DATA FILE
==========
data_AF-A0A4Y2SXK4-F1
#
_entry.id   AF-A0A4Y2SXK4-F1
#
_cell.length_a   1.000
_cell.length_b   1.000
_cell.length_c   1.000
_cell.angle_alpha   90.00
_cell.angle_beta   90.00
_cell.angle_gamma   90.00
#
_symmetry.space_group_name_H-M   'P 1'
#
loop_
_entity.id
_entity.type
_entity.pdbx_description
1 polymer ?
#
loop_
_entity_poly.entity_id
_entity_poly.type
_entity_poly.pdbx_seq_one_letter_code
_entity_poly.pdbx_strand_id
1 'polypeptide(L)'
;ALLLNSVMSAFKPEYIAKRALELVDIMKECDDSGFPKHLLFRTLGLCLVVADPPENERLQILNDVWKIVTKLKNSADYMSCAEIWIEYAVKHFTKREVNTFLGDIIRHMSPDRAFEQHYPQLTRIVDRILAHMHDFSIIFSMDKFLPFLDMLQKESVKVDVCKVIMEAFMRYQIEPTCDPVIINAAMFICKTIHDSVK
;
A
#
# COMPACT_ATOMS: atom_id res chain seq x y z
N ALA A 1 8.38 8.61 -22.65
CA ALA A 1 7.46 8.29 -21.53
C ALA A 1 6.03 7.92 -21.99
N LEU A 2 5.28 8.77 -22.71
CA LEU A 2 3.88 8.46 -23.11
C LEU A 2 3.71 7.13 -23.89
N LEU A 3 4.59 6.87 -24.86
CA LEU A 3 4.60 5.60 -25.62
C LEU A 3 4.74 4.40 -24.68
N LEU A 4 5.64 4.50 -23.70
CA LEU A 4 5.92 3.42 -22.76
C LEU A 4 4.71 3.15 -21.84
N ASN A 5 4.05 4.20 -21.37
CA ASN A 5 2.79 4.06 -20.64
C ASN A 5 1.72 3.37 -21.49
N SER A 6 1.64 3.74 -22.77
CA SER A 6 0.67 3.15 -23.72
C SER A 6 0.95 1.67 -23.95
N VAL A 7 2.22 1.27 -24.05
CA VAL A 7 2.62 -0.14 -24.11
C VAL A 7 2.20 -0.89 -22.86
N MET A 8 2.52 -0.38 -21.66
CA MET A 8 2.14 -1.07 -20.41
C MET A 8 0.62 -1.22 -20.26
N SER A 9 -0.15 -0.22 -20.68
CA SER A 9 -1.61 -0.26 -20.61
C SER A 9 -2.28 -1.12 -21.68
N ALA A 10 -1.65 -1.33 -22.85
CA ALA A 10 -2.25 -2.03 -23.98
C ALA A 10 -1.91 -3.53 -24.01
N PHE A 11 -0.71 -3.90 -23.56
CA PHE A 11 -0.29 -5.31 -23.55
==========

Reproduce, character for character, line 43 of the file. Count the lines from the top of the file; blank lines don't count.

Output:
N ASN A 5 4.05 4.20 -21.37